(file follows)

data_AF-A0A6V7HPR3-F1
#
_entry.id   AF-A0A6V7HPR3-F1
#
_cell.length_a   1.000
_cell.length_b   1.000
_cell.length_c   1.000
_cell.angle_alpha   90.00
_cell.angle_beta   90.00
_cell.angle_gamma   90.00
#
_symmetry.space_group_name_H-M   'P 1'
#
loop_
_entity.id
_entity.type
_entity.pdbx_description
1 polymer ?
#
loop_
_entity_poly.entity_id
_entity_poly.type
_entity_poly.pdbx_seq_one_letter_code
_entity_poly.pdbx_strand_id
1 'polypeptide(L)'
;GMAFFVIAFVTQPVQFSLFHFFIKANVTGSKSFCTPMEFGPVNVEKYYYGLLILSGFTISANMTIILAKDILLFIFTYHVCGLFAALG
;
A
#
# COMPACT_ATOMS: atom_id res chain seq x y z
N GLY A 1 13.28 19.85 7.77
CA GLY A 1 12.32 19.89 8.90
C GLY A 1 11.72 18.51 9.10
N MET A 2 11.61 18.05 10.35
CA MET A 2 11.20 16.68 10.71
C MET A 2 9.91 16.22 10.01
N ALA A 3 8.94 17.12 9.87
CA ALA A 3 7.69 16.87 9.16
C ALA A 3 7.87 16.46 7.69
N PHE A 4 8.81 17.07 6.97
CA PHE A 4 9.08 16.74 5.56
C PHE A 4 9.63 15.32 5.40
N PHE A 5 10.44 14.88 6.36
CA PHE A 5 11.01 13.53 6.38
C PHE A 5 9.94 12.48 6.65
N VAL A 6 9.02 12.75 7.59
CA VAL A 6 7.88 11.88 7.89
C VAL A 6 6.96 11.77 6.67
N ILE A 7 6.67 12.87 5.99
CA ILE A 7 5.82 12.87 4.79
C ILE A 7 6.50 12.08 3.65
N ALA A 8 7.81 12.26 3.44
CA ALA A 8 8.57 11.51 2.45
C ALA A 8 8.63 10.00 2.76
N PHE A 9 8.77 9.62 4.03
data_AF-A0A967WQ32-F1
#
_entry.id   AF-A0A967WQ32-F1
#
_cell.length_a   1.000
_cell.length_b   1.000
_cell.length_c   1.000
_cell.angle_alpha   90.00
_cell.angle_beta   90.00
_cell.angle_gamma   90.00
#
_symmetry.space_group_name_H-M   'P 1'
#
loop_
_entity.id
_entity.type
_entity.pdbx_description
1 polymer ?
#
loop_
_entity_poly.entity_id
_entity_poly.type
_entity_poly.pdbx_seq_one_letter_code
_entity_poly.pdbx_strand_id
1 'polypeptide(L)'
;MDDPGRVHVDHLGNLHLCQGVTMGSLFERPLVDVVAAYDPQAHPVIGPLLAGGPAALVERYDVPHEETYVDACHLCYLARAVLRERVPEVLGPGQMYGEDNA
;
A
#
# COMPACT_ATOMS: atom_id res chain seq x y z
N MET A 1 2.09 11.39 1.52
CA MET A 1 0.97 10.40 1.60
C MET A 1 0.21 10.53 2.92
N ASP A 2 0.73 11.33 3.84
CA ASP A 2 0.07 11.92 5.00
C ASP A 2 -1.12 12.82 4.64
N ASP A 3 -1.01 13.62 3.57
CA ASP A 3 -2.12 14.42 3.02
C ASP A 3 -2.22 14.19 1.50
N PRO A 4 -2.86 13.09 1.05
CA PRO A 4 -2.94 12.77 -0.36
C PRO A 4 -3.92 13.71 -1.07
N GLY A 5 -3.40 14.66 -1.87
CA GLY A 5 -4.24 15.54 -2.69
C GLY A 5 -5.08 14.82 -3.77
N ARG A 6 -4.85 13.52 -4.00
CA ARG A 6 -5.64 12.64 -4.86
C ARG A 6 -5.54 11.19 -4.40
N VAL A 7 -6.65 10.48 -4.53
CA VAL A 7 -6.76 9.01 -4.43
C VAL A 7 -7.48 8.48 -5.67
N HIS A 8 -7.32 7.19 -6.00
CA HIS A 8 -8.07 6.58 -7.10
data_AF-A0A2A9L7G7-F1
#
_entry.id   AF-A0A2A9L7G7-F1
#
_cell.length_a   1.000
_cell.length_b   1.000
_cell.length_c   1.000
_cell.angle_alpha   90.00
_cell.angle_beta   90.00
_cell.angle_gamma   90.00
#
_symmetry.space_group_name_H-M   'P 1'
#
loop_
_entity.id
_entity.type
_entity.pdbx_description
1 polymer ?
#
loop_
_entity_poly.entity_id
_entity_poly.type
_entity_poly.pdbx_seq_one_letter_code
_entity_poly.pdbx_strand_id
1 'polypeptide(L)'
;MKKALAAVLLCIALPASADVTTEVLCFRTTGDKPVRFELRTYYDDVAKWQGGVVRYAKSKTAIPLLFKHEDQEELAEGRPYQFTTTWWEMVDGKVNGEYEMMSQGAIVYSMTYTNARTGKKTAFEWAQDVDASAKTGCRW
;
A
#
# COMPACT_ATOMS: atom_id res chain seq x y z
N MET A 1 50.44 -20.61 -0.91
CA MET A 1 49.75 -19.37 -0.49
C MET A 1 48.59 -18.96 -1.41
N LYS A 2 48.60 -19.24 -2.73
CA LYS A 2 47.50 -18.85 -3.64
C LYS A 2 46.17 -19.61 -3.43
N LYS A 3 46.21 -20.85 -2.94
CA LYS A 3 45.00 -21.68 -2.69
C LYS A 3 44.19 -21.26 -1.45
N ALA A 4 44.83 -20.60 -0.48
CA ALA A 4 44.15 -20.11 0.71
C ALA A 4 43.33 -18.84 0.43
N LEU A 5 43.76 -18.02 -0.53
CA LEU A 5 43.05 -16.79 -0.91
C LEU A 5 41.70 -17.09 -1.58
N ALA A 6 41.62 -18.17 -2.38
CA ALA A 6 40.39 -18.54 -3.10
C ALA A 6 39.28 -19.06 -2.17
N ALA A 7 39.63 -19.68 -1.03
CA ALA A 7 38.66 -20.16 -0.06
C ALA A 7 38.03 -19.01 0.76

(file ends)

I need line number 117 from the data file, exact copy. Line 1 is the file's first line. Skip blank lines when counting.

_cell.angle_beta   90.00